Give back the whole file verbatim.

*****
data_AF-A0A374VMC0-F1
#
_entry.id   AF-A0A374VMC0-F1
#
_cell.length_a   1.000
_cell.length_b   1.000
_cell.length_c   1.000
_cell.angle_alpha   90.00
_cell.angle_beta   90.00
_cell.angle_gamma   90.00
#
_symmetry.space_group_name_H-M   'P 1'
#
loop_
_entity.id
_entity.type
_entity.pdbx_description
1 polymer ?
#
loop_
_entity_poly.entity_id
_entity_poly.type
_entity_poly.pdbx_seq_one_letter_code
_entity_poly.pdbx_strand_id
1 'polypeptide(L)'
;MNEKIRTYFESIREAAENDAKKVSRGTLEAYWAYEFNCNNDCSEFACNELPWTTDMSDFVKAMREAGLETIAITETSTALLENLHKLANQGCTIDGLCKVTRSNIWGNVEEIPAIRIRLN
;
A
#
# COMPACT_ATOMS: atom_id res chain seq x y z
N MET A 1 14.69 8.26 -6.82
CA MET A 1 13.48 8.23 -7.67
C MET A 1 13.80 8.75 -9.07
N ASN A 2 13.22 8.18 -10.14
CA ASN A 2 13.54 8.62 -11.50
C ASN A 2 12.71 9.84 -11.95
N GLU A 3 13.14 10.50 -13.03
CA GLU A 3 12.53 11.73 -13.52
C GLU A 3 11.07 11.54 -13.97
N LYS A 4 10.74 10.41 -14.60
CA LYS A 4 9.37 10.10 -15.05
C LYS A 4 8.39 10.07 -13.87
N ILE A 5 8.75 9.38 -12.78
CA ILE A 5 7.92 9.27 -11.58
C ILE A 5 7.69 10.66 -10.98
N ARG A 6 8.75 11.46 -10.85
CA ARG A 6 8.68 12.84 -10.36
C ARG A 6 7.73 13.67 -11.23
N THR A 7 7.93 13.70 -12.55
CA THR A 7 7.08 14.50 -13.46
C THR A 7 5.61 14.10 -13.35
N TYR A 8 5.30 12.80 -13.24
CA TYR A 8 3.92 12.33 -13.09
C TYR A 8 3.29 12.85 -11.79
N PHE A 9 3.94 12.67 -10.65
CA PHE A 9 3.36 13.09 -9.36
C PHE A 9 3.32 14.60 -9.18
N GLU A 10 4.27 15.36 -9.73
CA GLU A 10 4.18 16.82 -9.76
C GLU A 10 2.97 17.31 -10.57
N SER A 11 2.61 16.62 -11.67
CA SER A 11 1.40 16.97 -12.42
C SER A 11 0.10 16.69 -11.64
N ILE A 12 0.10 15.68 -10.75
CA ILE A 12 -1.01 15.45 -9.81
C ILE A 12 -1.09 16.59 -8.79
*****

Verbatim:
data_AF-A0A374VMC0-F1
#
_entry.id   AF-A0A374VMC0-F1
#
_cell.length_a   1.000
_cell.length_b   1.000
_cell.length_c   1.000
_cell.angle_alpha   90.00
_cell.angle_beta   90.00
_cell.angle_gamma   90.00
#
_symmetry.space_group_name_H-M   'P 1'
#
loop_
_entity.id
_entity.type
_entity.pdbx_description
1 polymer ?
#
loop_
_entity_poly.entity_id
_entity_poly.type
_entity_poly.pdbx_seq_one_letter_code
_entity_poly.pdbx_strand_id
1 'polypeptide(L)'
;MNEKIRTYFESIREAAENDAKKVSRGTLEAYWAYEFNCNNDCSEFACNELPWTTDMSDFVKAMREAGLETIAITETSTALLENLHKLANQGCTIDGLCKVTRSNIWGNVEEIPAIRIRLN
;
A
#
# COMPACT_ATOMS: atom_id res chain seq x y z
N MET A 1 14.69 8.26 -6.82
CA MET A 1 13.48 8.23 -7.67
C MET A 1 13.80 8.75 -9.07
N ASN A 2 13.22 8.18 -10.14
CA ASN A 2 13.54 8.62 -11.50
C ASN A 2 12.71 9.84 -11.95
N GLU A 3 13.14 10.50 -13.03
CA GLU A 3 12.53 11.73 -13.52
C GLU A 3 11.07 11.54 -13.97
N LYS A 4 10.74 10.41 -14.60
CA LYS A 4 9.37 10.10 -15.05
C LYS A 4 8.39 10.07 -13.87
N ILE A 5 8.75 9.38 -12.78
CA ILE A 5 7.92 9.27 -11.58
C ILE A 5 7.69 10.66 -10.98
N ARG A 6 8.75 11.46 -10.85
CA ARG A 6 8.68 12.84 -10.36
C ARG A 6 7.73 13.67 -11.23
N THR A 7 7.93 13.70 -12.55
CA THR A 7 7.08 14.50 -13.46
C THR A 7 5.61 14.10 -13.35
N TYR A 8 5.30 12.80 -13.24
CA TYR A 8 3.92 12.33 -13.09
C TYR A 8 3.29 12.85 -11.79
N PHE A 9 3.94 12.67 -10.65
CA PHE A 9 3.36 13.09 -9.36
C PHE A 9 3.32 14.60 -9.18
N GLU A 10 4.27 15.36 -9.73
CA GLU A 10 4.18 16.82 -9.76
C GLU A 10 2.97 17.31 -10.57
N SER A 11 2.61 16.62 -11.67
CA SER A 11 1.40 16.97 -12.42
C SER A 11 0.10 16.69 -11.64
N ILE A 12 0.10 15.68 -10.75
CA ILE A 12 -1.01 15.45 -9.81
C ILE A 12 -1.09 16.59 -8.79